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Int. J. Environ. Res. Public Health 2016, 13(2), 183; doi:10.3390/ijerph13020183

Environment and Its Influence on Health and Demographics in South Korea

1
Department of Biomedical Engineering, Kyung Hee University, Gyeonggi-do 17104, Korea
2
Weldon School of Biomedical Engineering, Purdue University, West Lafayette, IN 47907, USA
3
Department of Computer Science and Engineering, Kyung Hee University, Gyeonggi-do 17104, Korea
4
Department of Industrial and System Engineering, Dongguk University, Seoul 04620, Korea
5
The HIMS Inc., Gyeonggi-do 16702, Korea
*
Author to whom correspondence should be addressed.
Academic Editors: Harry Timmermans, Astrid Kemperman and Pauline van den Berg
Received: 20 September 2015 / Revised: 14 January 2016 / Accepted: 27 January 2016 / Published: 4 February 2016
(This article belongs to the Special Issue The Impacts of the Built Environment on Public Health)
View Full-Text   |   Download PDF [3496 KB, uploaded 4 February 2016]   |  

Abstract

As the prevalence of overweight and obesity has been increasing in South Korea, it is critical to better understand possible associations between environmental surroundings and general health status. We characterize key health test readings and basic demographic information from 10,816 South Koreans, obtained from two Ubiquitous Healthcare (U-Healthcare) centers that have distinct surrounding neighborhood characteristics. One is located in a rural area in Busan, the other is located in an urban area in Daegu surrounded by a highly crowded residential and commercial business area. We analyze comprehensive health data sets, including blood pressure, body mass index, pulse rate, and body fat percentage from December 2013 to December 2014 to study differences in overall health test measurements between users of rural and urban U-Healthcare centers. We conduct multiple regression analyses to evaluate differences in general health status between the two centers, adjusting for confounding factors. We report statistical evidence of differences in blood pressure at the two locations. As local residents are major users, the result indicates that the environmental surroundings of the centers can influence the demographics of the users, the type of health tests in demand, and the users’ health status. We further envision that U-Healthcare centers will provide public users with an opportunity for enhancing their current health, which could potentially be used to prevent them from developing chronic diseases, while providing surveillance healthcare data. View Full-Text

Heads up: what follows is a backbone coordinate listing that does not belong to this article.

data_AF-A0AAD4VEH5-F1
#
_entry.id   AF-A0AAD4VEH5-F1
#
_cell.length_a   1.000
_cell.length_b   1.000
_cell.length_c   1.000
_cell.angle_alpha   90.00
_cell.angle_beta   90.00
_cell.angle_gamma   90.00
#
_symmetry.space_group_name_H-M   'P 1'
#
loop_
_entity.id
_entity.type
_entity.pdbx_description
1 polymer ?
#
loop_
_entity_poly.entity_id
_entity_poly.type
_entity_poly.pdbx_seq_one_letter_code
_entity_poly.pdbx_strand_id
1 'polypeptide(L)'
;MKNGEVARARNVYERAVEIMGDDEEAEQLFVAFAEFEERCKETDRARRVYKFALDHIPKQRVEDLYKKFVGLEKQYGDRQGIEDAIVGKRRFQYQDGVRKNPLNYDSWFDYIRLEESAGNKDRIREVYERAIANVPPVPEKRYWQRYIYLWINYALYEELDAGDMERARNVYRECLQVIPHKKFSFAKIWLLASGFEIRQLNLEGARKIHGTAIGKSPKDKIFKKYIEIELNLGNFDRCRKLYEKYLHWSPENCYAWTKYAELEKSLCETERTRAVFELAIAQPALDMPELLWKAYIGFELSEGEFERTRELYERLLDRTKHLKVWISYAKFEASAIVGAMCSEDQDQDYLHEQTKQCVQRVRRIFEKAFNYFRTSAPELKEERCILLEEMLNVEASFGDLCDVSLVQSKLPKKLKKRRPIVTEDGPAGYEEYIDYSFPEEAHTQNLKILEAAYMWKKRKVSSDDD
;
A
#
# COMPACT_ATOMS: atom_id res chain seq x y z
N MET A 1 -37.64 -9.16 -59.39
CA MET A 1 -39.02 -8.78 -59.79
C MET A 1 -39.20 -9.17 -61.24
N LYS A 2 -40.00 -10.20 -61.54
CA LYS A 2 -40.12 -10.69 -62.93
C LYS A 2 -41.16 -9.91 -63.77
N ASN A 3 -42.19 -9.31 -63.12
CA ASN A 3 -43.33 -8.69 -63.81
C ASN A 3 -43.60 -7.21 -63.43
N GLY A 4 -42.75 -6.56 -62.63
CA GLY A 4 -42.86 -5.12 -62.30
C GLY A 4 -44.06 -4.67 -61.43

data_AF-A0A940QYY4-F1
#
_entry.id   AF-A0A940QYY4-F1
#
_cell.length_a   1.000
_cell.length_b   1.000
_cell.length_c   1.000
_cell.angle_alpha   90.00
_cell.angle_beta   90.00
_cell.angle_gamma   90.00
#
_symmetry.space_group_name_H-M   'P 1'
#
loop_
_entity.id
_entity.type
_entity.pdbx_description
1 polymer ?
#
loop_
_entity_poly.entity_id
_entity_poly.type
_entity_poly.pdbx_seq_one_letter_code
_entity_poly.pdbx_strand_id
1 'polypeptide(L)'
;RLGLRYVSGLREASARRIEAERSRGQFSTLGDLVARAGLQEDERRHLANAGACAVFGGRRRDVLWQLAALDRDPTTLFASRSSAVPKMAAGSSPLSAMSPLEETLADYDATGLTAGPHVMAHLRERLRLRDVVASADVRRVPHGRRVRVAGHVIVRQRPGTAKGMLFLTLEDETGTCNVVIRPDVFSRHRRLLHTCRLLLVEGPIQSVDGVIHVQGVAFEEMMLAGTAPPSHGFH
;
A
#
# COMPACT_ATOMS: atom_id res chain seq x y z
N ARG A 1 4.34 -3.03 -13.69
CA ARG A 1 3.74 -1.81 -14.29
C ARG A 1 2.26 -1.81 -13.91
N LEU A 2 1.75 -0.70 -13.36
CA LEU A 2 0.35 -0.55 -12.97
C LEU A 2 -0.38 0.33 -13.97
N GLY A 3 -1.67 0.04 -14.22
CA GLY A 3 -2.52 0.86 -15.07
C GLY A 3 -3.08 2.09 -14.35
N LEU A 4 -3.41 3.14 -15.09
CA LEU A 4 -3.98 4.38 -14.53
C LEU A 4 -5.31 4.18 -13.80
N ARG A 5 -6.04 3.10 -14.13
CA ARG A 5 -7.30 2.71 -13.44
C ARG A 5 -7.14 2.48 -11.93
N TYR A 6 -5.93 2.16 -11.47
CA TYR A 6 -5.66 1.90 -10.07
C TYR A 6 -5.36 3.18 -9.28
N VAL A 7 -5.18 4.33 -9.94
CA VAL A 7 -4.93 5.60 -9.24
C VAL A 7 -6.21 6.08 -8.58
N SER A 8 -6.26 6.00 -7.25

Keywords: self-healthcare; physical activity; U-Healthcare; neighborhood and health; environment; health promotion self-healthcare; physical activity; U-Healthcare; neighborhood and health; environment; health promotion
This is an open access article distributed under the Creative Commons Attribution License which permits unrestricted use, distribution, and reproduction in any medium, provided the original work is properly cited. (CC BY 4.0).

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MDPI and ACS Style

Bravo Santisteban, R.D.; Kim, Y.L.; Farooq, U.; Kim, T.-S.; Youm, S.; Park, S.-H. Environment and Its Influence on Health and Demographics in South Korea. Int. J. Environ. Res. Public Health 2016, 13, 183.

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